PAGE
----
“Before camouflaging rosacea with make-up, make sure you have cleansed and moisturised. You could also apply a redness-reducing treatment to help the skin cool off. You should also look for multi-tasking products to reduce the amount of different ingredients you’re applying, helping to avoid irritation. A fragrance-free, green-hued primer with mineral SPF will balance redness as well as protecting from the sun. Avoid too much rubbing when you apply your base and try not to use rich, heavy formulas, as these can aggravate the dry patches so often associated with rosacea. Layer on light, mineral coverage and very lightly brush on or press in foundation to create both a flattering finish and reduce the risk of further irritation.”
Are there any activities you should avoid?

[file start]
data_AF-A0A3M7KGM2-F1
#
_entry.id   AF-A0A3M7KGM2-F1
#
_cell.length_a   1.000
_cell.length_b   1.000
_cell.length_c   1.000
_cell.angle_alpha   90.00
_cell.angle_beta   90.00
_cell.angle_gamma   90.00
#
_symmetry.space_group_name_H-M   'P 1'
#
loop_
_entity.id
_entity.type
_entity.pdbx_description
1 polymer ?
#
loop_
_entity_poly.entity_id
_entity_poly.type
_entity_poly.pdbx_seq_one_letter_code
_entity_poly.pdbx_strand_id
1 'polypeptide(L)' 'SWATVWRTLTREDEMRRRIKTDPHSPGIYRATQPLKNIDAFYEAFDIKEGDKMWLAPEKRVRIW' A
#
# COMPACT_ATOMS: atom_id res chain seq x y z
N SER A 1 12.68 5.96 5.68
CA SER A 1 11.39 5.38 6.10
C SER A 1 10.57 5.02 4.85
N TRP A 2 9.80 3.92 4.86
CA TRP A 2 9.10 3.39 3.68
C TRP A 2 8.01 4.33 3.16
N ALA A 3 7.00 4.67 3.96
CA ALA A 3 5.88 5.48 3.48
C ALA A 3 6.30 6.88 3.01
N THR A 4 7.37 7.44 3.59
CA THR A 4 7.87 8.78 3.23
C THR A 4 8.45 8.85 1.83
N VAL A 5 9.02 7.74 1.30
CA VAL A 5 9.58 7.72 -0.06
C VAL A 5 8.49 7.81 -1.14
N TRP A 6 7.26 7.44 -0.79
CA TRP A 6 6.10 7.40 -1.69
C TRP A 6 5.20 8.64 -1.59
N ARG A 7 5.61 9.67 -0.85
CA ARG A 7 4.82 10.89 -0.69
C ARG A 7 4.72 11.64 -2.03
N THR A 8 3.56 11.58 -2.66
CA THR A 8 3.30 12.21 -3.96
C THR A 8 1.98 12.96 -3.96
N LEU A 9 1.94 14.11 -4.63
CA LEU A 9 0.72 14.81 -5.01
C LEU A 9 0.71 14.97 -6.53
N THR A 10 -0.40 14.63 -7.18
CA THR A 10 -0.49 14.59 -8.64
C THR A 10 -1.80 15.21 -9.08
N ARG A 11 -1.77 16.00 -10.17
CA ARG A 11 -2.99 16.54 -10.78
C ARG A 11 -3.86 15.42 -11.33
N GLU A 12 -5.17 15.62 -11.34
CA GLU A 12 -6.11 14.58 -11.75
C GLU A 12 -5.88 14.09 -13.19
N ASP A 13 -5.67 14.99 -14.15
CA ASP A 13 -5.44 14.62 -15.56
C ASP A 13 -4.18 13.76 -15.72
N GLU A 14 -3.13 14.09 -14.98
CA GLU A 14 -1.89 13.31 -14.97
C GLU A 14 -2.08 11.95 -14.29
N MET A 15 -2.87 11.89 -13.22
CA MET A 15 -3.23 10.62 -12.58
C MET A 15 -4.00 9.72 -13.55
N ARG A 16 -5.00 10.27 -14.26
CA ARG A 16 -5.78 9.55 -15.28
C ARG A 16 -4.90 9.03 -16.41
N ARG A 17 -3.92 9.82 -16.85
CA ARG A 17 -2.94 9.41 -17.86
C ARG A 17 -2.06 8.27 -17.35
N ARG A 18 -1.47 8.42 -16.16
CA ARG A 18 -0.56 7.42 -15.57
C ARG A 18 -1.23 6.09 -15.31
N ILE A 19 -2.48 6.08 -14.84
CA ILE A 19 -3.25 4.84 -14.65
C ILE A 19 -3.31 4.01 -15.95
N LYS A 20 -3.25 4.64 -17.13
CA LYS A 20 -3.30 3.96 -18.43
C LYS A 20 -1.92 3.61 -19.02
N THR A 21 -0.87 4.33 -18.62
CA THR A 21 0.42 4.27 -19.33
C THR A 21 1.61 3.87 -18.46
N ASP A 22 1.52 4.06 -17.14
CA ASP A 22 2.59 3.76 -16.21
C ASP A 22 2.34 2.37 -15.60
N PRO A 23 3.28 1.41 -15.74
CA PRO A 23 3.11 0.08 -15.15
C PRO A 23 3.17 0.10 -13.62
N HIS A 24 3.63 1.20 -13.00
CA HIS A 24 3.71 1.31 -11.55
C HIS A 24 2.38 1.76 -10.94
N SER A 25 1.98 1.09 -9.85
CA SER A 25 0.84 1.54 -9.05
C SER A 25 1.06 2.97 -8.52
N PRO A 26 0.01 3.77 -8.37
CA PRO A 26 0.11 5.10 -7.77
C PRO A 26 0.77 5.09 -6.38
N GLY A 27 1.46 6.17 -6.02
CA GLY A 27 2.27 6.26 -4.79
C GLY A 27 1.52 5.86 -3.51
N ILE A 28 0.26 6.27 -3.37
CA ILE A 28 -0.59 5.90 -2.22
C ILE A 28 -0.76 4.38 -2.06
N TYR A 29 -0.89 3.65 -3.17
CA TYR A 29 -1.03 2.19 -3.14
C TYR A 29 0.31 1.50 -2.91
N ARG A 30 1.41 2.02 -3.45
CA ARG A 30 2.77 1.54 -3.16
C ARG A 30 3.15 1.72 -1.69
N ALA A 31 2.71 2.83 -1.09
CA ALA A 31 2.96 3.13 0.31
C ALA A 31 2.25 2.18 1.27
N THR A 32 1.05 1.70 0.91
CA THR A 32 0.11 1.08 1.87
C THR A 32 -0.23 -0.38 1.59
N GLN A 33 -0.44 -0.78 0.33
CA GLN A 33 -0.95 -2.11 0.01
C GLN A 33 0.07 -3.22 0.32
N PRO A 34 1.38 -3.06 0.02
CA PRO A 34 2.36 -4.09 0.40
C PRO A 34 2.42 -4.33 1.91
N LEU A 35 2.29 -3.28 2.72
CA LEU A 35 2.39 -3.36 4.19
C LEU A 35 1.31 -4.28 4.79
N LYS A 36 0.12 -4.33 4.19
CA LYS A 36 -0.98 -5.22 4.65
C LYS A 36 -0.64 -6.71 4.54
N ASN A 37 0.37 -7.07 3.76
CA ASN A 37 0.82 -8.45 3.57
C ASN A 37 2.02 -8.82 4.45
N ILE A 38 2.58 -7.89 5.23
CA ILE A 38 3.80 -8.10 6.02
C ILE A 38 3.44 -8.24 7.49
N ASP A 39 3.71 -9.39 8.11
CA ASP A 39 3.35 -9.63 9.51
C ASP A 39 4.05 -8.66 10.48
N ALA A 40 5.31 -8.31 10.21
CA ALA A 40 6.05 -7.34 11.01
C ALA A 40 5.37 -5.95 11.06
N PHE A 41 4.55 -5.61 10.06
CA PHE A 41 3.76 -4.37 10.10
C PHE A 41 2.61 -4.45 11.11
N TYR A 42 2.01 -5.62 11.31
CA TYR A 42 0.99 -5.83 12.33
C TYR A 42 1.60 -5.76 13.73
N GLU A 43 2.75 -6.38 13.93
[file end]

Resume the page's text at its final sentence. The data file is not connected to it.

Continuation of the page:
“Steam-rooms and saunas should be avoided, as they heat up the skin, resulting in a flare up. Rosacea sufferers often have sensitive skin, so chemical peels may cause irritation as they exfoliate the skin.”
What about sun protection?
“It’s extremely important to use sunscreen daily to help manage your rosacea as UV radiation is one of the common triggers, meaning sunlight can cause flare-ups. Ideally an SPF of 50 should be worn that provides broad-spectrum, UVA and UVB protection. Special attention should be paid to the type of sunscreen you use too. Sunscreens containing physical blockers such as zinc and titanium dioxide are less likely to exacerbate rosacea-prone skin than chemical blockers such as avobenzones and benzophenones.”
What are the benefits/drawbacks of…
“To deal with associated spots, topical creams such as metronidazole cream, azelaic acid cream and ivermectin cream may be useful. You’ll usually need to apply these topical treatments once or twice a day, taking care not to get them in your eyes or mouth.
“It may be several weeks before you notice any significant improvement in your symptoms. Side effects of these treatments can include a burning or stinging sensation, itchiness and dry skin.”